Press release

Seven Dilemmas - Emerging Contemporary Japanese Artists Group Show

Mizuma & One Gallery is pleased to present a group show titled Seven Dilemmas on December 10, 2011, featuring seven Japanese young artists, namely, HINO Korehiko, KANEKO Tomiyuki, KYOTARO, MIYAZAKI Yujiro, OSHIMA Kozue, SASHIE Masakatsu, and YAMAMOTO Ryuki.

HINO depicts human facial expressions in exaggerated ways, especially the astonished eyes, as if innocent children were surprised at the sight of a world driven by rapid economic growth. No matter what variegated responses we as viewers may have toward his works, there is no way for us to escape. For the works really reflect down-to-earth reality, we are confronted with a world as strange and remote as it has been so familiar to us.

Unlike HINO's realistic style, KANEKO and KYOTARO portray mythological spirits, monsters, and demons. Both of them are obsessed with myths and have managed to present some of the images on canvass so vividly.

MIYAZAKI's work, titled Water Dragon, transports the viewers into a wonderful underwater world filled with oceanic living creatures and even the Mount Fuji, an admirable accomplishment of imagination indeed.

OSHIMA has taken keen interest in the wonders of nature ever since childhood. Insects and plants are all objects of her observation, and the oft-unnoticed details arouse her tremendous curiosity. "In a grain of sand there is a world, and in a flower there is a paradise." By following OSHIMA's nuanced details, the viewers may discover the secrets of the vast universe.

For SASHIE, urban landscapes are of greater interest. The barber's store, telephone booth, and small convenient store, as have been so familiar in the mundane Japanese life, are floating in the image as captured in miniature spheres. Lower in the image, there are all kinds of scraps and wastes, with skyscrapers in the background, a symbol of "modernized society." The tempo-spatial mismatching of the past and the present is looming large.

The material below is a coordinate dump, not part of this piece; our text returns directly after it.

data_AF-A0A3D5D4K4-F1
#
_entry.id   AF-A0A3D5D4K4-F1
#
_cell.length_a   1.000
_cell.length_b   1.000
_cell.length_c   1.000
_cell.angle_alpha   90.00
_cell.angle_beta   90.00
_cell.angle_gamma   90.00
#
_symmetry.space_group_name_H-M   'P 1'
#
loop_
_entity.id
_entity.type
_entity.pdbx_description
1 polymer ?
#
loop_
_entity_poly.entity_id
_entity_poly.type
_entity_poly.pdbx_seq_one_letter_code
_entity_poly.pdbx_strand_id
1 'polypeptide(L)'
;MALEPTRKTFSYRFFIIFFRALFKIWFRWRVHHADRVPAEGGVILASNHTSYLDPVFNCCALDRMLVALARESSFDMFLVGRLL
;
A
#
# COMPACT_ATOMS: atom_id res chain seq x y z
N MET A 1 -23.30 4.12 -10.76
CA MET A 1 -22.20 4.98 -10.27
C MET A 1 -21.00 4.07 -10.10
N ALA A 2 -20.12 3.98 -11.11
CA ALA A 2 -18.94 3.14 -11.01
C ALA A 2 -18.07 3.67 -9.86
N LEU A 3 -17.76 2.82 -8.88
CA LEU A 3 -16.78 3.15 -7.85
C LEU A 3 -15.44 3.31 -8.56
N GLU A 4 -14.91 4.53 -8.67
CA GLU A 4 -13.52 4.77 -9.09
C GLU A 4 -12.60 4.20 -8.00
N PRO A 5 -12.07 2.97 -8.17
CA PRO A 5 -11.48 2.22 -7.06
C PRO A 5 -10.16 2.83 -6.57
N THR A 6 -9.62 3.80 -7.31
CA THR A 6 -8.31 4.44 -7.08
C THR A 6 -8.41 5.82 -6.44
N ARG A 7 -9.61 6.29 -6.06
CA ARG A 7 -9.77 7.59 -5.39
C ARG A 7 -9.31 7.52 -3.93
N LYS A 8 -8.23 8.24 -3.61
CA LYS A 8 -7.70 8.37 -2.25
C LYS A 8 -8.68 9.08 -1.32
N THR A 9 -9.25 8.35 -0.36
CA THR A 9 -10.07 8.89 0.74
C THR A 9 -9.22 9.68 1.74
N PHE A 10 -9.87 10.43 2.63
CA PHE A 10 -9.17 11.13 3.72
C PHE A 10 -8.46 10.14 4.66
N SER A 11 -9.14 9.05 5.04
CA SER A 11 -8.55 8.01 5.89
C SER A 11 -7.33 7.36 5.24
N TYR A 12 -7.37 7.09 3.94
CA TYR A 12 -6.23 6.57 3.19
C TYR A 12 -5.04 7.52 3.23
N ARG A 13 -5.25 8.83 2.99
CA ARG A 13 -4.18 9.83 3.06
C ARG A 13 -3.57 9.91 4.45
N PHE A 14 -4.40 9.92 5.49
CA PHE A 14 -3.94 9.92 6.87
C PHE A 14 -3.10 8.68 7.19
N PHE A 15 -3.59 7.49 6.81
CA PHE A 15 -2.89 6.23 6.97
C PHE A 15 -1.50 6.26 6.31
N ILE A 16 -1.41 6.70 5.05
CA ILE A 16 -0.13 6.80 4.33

YAMAMOTO is known for his self-portraits. The works on show are the outcome of his sojourning in Beijing (from April 2011 to the present) with the same self-portrait approach. All the portraits are imbued with rich sentiments and delicate touches, each image being a piece of YAMAMOTO himself crystallized, as if he were living in a world all by himself, nobody else but many YAMAMOTOs.

The seven artists were all born in the 1970s, yet each of them has shown a unique approach to the meanings of the world. Through our eyes, we may encounter seven different modes of attitudes, reflection, and questioning.